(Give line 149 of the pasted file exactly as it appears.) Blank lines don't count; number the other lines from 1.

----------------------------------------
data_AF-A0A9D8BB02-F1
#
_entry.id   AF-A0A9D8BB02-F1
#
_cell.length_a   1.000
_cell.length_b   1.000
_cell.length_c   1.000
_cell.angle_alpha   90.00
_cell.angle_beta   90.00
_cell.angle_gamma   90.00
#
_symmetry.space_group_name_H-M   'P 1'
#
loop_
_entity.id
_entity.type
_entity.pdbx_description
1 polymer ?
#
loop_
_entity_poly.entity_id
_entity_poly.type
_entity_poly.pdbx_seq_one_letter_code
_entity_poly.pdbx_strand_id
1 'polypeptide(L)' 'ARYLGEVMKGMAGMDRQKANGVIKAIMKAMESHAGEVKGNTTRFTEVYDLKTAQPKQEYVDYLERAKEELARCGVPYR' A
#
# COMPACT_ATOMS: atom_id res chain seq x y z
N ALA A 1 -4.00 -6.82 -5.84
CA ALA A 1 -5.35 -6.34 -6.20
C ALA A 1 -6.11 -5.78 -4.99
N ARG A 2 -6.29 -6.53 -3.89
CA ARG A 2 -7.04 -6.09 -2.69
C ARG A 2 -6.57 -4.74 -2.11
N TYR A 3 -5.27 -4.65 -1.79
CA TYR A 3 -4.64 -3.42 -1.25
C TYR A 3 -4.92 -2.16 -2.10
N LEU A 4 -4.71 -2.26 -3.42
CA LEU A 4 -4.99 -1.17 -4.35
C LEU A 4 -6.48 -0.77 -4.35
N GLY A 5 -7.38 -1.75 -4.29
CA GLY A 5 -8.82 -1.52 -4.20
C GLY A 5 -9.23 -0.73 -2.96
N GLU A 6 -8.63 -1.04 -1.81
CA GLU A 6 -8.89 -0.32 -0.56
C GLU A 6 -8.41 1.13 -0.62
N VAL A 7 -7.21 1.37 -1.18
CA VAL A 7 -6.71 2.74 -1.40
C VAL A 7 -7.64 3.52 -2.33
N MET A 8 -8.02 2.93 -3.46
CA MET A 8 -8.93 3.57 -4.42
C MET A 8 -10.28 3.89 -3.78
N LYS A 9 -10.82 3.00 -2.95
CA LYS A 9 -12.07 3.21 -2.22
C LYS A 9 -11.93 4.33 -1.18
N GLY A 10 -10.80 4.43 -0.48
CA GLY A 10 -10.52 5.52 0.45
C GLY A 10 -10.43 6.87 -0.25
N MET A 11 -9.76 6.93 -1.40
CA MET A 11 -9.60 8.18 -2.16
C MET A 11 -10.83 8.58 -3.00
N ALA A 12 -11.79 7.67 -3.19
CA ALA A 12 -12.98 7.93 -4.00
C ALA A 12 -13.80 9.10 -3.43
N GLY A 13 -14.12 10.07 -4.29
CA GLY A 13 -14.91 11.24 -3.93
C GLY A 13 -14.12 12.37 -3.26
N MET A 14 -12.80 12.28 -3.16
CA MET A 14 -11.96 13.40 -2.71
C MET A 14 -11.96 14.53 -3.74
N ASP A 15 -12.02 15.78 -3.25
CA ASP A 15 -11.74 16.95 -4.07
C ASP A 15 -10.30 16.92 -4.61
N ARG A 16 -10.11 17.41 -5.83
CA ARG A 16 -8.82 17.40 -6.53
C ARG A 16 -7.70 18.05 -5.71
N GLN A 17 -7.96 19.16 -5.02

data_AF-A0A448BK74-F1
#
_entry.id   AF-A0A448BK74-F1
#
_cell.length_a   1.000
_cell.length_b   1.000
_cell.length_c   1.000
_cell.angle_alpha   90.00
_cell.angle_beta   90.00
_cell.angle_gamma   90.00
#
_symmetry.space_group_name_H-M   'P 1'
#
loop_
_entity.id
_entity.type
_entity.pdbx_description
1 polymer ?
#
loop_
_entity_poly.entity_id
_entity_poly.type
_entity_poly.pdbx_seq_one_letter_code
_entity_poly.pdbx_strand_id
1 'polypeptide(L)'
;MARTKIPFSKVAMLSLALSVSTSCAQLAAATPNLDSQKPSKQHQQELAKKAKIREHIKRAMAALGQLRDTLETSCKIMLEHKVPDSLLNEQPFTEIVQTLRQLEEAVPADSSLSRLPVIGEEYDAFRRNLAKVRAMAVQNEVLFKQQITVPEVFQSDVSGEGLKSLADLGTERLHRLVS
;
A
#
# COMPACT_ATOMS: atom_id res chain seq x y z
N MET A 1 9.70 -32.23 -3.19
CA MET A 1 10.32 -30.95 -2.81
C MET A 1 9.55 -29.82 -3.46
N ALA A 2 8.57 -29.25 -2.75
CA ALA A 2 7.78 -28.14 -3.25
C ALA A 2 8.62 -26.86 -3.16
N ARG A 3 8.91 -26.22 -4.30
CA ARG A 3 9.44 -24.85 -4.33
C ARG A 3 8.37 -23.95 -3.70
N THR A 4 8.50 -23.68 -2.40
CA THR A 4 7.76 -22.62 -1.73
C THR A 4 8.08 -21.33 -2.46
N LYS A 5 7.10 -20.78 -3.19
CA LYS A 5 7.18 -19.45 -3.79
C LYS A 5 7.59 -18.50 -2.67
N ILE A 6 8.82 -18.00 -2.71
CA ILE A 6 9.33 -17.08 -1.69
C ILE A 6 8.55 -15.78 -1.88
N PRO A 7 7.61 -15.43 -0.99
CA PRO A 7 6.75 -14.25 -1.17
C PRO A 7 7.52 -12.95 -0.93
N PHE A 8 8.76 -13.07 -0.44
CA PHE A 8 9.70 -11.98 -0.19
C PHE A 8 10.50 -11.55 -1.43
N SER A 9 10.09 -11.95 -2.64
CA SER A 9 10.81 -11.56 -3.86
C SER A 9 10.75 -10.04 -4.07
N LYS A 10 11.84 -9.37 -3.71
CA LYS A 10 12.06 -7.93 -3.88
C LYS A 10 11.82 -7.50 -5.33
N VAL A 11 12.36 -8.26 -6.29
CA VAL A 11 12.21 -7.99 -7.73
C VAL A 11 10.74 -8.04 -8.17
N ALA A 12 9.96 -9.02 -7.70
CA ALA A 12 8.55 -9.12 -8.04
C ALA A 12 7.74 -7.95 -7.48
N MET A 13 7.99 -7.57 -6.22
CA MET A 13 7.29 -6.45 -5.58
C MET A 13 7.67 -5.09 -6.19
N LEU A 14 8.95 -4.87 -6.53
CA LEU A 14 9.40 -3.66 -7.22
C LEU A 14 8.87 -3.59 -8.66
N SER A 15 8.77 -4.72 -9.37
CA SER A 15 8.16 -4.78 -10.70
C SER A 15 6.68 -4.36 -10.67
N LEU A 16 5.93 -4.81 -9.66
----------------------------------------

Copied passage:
N SER A 15 8.77 -4.72 -9.37